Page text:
In many aspects stability testing of HMPs follows the same requirements as stability testing of chemically defined substances. However, some specific characteristics have to be taken into consideration:
In consequence, analysis of HMPs should consider:
Markers are chemically defined constituents,or groups thereof, which are of interest for control purposes independent of whether they have any therapeutic activity. Therefore, they are used as “Deputy APIs” for an extract and its entirety of constituents. Markers serve to calculate the quantity of herbal substance(s) or herbal preparation(s) in the HMP if the marker could be quantitively determined in the herbal substance and/or herbal preparations. The choice of the marker has to be justified.
Finding the “right” analytical marker is a crucial need for stability testing of HMPs!
Typical sources for finding markers are:
The search for suitable and new marker substances is an important interface between scientific research and the use of the results in HMP-industry´s routine quality control. The isolation and structure elucidation of chemically defined substances in a plant, drug and/or drug preparation not only helps to better understand the active principle of an HMP. It can enhance analytical quality control. But to utilise results of scientific research on an industrial scale, any new marker should meet certain requirements:
Moreover, for HMP-industry´s routine quality control it is of great importance that the substance is available as reference standard in an appropriate quality, quantity and for a reasonable price.
Hops (Humulus lupulus L., Cannabaceae)
Xanthohumol is a characteristic constituent of hops. Therefore, it could serve as a suitable marker for identity testing and assay. But due to its lipophilic nature it is rarely detectable in the hydrophilic extracts from hops which are commonly used in HMPs.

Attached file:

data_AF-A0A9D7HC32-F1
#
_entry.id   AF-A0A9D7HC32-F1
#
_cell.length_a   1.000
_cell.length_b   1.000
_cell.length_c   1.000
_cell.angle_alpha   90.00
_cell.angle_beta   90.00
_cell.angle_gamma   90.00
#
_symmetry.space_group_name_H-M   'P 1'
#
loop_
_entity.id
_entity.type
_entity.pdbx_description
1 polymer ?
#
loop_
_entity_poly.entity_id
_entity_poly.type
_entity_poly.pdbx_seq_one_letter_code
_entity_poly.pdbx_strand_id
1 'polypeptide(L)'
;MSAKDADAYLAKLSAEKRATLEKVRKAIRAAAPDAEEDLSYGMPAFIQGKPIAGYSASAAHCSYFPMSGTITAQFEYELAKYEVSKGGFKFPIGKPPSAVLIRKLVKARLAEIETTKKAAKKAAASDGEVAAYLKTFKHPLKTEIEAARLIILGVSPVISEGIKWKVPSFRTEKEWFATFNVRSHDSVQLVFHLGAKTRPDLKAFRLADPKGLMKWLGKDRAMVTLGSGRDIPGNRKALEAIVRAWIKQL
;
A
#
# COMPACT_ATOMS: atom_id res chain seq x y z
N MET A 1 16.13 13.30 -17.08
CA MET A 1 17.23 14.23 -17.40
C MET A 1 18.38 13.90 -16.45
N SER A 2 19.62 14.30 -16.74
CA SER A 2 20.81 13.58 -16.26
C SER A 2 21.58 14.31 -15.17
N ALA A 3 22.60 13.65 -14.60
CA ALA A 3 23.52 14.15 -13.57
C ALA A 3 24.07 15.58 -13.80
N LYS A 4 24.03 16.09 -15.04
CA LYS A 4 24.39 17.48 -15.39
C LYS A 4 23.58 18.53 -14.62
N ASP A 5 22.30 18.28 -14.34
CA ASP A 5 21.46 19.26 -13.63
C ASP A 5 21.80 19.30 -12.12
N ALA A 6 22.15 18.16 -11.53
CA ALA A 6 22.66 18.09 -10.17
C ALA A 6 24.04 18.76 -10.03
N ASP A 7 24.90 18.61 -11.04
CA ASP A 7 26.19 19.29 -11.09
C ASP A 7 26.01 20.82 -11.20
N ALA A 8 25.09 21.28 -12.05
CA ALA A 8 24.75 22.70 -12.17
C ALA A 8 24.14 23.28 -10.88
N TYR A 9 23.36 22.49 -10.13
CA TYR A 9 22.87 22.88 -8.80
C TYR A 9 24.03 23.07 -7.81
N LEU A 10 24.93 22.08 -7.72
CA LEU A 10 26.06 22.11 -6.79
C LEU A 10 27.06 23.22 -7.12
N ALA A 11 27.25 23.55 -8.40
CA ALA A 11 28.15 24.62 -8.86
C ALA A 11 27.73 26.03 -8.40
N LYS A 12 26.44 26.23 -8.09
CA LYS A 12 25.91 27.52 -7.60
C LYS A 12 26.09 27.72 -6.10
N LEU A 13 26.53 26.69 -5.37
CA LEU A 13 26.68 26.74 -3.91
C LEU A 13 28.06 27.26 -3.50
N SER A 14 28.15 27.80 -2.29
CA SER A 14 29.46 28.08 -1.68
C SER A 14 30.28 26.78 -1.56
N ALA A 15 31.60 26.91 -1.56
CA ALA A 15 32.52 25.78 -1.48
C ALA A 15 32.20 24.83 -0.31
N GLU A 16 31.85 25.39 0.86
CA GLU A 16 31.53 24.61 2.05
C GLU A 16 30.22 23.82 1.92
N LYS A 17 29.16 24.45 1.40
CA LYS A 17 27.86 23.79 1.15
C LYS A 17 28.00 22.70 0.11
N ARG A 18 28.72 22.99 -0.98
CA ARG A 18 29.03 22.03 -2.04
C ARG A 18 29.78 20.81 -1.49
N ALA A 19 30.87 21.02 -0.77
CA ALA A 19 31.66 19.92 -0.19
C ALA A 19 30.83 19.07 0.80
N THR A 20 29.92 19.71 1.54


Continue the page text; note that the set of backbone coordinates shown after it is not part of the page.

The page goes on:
=> Therefore, an alternative marker is needed for testing aqueous extracts and finished products thereof, e.g. the flavonoides Rutoside and Isoquercitrin.
Feverfew(Tanacetum parthenium L., Asteraceae)
Parthenolide is a specific marker for feverfew. But it is known to be unstable in particular at higher temperatures. Additionally, effects of the product’s matrix may reduce the stability.
=> If Parthenolide is used as a marker to test a product’s stability, problems with instability findings and Out-of-specification (OOS) results are more likely to occur.
Birch (Betula pendula Roth, B. pubescens Erh., Betulaceae)
Exemplary, for birch only one marker, hyperoside, can be installed to verify the traceability in the drug birch leaf, in the drug preparation (dry extract) and in the finished product, e.g. a tablet.
=> This marker shows sufficient stability to prove a shelf-life of at least 3 years for the finished product.
Scientific research and structure elucidation plays an essential role in finding new markers for established and new herbal drugs and their corresponding HMPs. In order to be applicable for industrial routine quality control, it is necessary to consider the marker´s stability and the traceability in drug preparations (extracts) and if possible product formulations. Analytical data should be available and the methods used have to be validated. Reflecting these requirements, phytopharmaceutical research helps to ensure that herbal medicinal products can be used safely throughout their shelf-life.